Bangers: DJ Paypal, 猫叉Master, The Internet

Music is hard to talk about, it seems, in part because almost all conversation has to do with the personalities behind it, or the most recent controversy, or anything but the actual music. But there are amazing releases coming from all over and they deserve to be highlighted properly. This column is a place where the stuff I’ve been bumping lately can hopefully get some credit for the sounds contained therein, not for context or thinkpiece nonsense. This is all going to be music that I find worth my time, not slams of things I didn’t care for or a place to talk about what everyone else might be. Because at the end of the day, the most important thing is what comes out of your speakers.

DJ Paypal – Buy Now


Buy Now really does live up to its title. Five star review on Amazon with no complaints, honestly. One really easy metric for quality in a release, especially with dance music, is how many of the tracks get savored on each playthrough and how many get skipped. It’s a rough estimate, but in a scene with a focus on quality in shorter releases (singles, EPs, soundcloud throwaways) rather than quantity (full-length albums), it’s the fastest way to determine if something is worth your time. And there isn’t a single skip-worthy song in the bunch. The high-speed juke coming out of DJ Paypal’s laptop is sonic pointillism: dizzying and impenetrable up close, a rush of new color and perspective from a suitable distance. Samples fly out in a Nintendo-addled rush, pop and hip-hop and twenty years of dance music are distilled into a potent cocktail, and the energy level never dips for a second. But this isn’t just a producer using the same few tricks on each track. DJ Paypal expertly layers it all into some of the most incredibly fun and incredibly smooth party music of the last five years. Buy Now is propelled by a perfect ebb and flow of craftsmanship and straight-up fun. Always smarter than you, but never too snobby to get down.

猫叉Master – follow slowly


follow slowly is the fourth solo album by Naoyuki Sato, alias 猫叉Master, a composer who moved from freelance work to scoring video games for Konami in 1999. Half a decade later his songs began cover the catalogs of the company’s long-running Bemani arcade rhythm game franchise. He now provides sound direction for large aspects of the series, including the flagship Bemani series beatmaniaIIDX. Where Sato finds time to continue a steady solo output of four albums in the past six years we may never know, but follow slowly is a sure sign that he’s not slowing down. There are clear signs of his day job at Konami all over; from the choice in rhythms and song structures to the way the melodies are designed to stick in your head for days this initially scans as very well-made video game music. But underneath that surface beats a sweet J-pop heart. Guest vocalists don’t get solos but rather folded into the rest of the song. 猫叉Master also lets a more experimental and classical side loose, which turns follow slowly into easily 猫叉Master’s most fun set of music to date. He’s just as comfortable throwing cat meows in with electric guitar and traditional Japanese instruments as he is going for high-speed techno thump. And that polyglot musicality thrown in with a heavy dose of exploration keeps the entire way through these 17 tracks loose and airy. follow slowly is impressionistic music, then, something familiar and different and bracing and requiring two looks to properly take in. This may seem to be a display of compositional chops but it’s really a roadmap to imagined places with stunning vistas.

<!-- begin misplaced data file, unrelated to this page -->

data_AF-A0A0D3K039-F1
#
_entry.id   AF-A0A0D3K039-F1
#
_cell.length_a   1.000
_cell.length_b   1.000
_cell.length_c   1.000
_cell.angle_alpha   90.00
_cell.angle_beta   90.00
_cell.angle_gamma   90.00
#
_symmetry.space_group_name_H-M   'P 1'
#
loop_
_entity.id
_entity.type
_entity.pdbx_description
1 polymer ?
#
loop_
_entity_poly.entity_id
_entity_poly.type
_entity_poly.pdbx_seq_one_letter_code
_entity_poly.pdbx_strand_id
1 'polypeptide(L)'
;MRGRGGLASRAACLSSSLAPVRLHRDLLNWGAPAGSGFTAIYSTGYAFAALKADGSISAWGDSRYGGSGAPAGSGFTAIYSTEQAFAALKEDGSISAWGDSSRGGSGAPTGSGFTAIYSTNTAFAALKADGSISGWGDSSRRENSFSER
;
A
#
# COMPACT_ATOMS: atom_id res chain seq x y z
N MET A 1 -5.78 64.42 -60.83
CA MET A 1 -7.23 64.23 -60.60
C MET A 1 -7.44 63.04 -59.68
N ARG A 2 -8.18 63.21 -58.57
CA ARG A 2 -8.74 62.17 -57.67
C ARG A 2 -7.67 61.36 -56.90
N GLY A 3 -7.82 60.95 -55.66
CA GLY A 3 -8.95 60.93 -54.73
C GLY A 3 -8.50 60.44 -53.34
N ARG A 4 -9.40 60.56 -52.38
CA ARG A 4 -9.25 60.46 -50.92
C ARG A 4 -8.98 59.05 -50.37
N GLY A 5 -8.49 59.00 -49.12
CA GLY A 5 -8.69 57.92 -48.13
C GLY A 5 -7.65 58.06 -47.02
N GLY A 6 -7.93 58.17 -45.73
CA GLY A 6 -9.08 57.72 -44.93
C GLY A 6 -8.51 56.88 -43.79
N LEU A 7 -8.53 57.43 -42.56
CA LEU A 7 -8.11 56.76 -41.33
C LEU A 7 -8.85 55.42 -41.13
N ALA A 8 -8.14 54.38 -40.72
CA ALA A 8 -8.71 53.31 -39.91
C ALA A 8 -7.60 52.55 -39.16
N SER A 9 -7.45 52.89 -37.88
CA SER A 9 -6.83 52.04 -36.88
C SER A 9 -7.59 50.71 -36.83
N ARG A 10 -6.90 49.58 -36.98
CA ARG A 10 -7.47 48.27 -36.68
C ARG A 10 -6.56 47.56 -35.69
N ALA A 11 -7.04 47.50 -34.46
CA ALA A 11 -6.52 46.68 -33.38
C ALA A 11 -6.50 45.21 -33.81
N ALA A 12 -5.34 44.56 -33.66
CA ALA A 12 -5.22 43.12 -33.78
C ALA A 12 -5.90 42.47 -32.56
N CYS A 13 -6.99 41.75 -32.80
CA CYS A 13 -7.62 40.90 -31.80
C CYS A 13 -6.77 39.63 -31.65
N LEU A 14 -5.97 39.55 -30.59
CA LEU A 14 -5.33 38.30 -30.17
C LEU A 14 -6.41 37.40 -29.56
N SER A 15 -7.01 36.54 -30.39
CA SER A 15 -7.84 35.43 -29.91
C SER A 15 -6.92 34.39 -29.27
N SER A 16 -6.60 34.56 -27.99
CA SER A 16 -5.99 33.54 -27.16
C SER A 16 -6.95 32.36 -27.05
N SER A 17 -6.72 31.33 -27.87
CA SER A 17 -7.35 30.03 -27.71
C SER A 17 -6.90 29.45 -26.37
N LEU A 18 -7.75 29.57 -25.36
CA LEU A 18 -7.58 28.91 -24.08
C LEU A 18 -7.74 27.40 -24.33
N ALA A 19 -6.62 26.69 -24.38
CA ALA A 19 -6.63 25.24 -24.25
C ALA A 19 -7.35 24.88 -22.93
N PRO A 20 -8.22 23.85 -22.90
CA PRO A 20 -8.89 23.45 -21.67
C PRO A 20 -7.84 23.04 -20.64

The Internet – Ego Death


Hopefully the title Ego Death isn’t a jab at Odd Future’s demise, although The Internet seem to be doing just fine on their own, and this project never felt too close to its mothership anyways. The collective members of The Internet have grown in number but the presence of more personnel has only tightened the songwriting. The evolution has as much to do with the performance as the songwriting itself. Syd tha Kyd stepped from acting as Odd Future’s in-house DJ and producer to singing about the highs and mostly lows of dating and sleeping with other people. Sometimes funny, always honest, it nevertheless needed room to grow on The Internet’s first two efforts. What’s most striking is that Syd has found a positively electric creative vein for Ego Death, and it’s carrying over to the rest of the band as well. The volume is more of a kind with The xx’s debut than, say, Earl Sweatshirt’s newest album I Don’t Like Shit, I Don’t Go Outside. There’s too much going on in its close, small-room setting to call it minimalist by any stretch. The interplay between sections makes a sensuous and downright wired R&B using music that influenced it and it continues to influence. There’s heavy emphasis on drums and bass, both emulating the relaxed boom of classic West Coast hip-hop, while the rest of the band fuses psychedelia and jazz and rock to make something too interested in making actual left turns to be labeled “alternative” and too locked-in to really be called “experimental” either. It’s a heady mix, like incense, and it fits the bedroom atmosphere of these songs. Ego Death finds The Internet maybe not quite undergoing a complete rebirth, but coming into its own and releasing its strongest and most confident set of music to date.

Peter McCracken is a student, tech support drone, and music aficionado from Milwaukee.

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